going to depend largely on both the breeding, and on the type and amount of
handling, rather than the exact colouration.

It appears there is another way to create a different colour hedgehog ...
while not quite in the same genre as the colourations above, one of the
people I've been in touch with on the net (whose name I will withhold to
avoid potential embarrassment) passed along a story to me.  This kind hearted
hedgehog addict once fed her little herd of hedgies a treat of strained
carrots (baby food) one night along with their normal food.  The hedgehogs
seemed to find this new item interesting and proceeded to munch on it, then,
as hedgehogs will do, they all self-anointed.  My friend thought nothing of
it, other than that hedgehogs don't really like strained carrots.  In the
morning, however, when the light wasn't quite so dim, my friend (who is
probably a lifelong enemy by now) discovered an entire small herd of very
``orange'' hedgehogs!  There it is folks -- the latest in hedgehog fashion --
the Orange Hedgehog.  I have since learned from friends and relatives with
small children, that few things come close to strained carrots in staining
ability, so I can well imagine that the effect of this was pretty amazing.  I
know I'll probably be blacklisted for life for adding this, but it was much
too good to resist!  ;-)

To compound the trouble I've gotten into above, I have also heard of another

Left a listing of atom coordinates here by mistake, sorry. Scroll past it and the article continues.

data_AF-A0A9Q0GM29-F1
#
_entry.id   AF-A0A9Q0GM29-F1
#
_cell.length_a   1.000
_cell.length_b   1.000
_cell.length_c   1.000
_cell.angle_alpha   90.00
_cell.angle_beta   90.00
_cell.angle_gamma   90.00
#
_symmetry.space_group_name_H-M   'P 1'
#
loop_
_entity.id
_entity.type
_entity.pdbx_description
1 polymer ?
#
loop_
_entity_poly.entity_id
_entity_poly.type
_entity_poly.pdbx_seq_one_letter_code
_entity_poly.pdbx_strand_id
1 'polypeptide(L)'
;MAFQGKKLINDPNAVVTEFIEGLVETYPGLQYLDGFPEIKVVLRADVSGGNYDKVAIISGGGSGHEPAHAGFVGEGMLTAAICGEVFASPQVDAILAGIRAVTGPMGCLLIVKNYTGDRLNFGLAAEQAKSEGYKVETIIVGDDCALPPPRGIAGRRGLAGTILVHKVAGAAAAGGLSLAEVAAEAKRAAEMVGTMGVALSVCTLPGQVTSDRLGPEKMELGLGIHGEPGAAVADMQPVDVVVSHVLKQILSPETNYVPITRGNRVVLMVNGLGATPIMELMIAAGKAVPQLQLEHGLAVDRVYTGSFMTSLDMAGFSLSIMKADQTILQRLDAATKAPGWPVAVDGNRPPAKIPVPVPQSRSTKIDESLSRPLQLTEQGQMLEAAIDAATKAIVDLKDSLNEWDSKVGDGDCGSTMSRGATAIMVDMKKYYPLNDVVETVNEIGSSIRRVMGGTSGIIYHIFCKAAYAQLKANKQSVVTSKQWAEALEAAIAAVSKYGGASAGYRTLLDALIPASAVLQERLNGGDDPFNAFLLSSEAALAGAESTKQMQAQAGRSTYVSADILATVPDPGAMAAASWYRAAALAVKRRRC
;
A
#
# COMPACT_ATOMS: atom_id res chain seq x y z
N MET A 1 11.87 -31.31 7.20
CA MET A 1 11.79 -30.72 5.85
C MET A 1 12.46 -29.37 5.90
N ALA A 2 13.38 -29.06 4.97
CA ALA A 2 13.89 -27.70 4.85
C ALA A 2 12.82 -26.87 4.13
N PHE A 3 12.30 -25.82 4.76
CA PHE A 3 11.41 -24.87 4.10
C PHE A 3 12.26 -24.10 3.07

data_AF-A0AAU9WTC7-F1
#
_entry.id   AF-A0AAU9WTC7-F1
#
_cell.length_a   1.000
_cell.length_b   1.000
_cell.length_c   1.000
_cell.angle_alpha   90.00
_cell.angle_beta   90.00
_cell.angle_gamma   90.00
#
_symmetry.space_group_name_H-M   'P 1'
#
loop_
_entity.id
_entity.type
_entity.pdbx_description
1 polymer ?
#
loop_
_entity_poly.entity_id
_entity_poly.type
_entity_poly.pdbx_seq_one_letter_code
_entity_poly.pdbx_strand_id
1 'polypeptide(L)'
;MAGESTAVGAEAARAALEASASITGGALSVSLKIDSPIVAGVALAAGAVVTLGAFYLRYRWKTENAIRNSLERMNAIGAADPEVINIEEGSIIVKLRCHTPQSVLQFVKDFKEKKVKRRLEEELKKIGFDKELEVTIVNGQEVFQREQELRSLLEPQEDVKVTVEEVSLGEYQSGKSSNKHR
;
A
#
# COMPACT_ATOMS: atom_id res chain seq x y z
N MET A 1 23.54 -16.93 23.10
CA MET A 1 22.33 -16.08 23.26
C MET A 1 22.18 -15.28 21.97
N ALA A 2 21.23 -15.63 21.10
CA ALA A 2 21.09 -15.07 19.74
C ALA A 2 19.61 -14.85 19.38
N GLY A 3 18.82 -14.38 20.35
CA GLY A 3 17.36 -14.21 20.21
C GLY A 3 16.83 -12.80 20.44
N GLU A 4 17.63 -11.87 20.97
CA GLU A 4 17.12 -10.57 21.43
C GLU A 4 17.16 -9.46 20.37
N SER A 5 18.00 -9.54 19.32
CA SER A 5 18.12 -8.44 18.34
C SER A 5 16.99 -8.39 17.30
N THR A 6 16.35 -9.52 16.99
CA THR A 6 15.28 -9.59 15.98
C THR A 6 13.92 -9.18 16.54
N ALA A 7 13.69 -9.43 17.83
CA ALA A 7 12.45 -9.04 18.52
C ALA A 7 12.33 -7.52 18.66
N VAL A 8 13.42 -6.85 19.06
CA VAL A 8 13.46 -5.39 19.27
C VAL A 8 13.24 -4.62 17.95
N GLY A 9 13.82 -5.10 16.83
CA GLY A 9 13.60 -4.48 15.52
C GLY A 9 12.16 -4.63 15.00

kind hearted hedgie addict who offered her hedgehogs a treat of raspberries.
Come morning, once she realized they weren't showing the results of a vicious
fight and that the `blood' was nothing more than two seriously
raspberry-anoited hedgies, it too, became time for a hogwash.  It seems you
can create an amazing variety of impromptu colours (and flavours) of
hedgehogs! ;-)


The best age to acquire a pet hedgehog is shortly after they have been weaned
(after about 6-8 weeks of age).  Hedgehogs are completely independent by this
stage, and adapt to new owners much more readily when young.  This doesn't
mean that an older hedgehog won't become used to you and friendly towards
you, it will just take a little longer and a little more patience.

User Contributions:

Rio
Report this comment as inappropriate
Apr 26, 2012 @ 10:22 pm
Hi, my hedgehog started running around her cage squealing so I took her out to see what was wrong. Her genital area was inflamed and she had open sores all around that area. I gave her a bath, but I'm really worried about her. Do you have any idea what this could be?
Thank you!

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Top Document: Hedgehog FAQ [3/7] - Intro to Hedgehogs as pets
Previous Document: <3.9> Her-hog or Him-hog? What sex is Prickles?
Next Document: <4.2> How many should I get?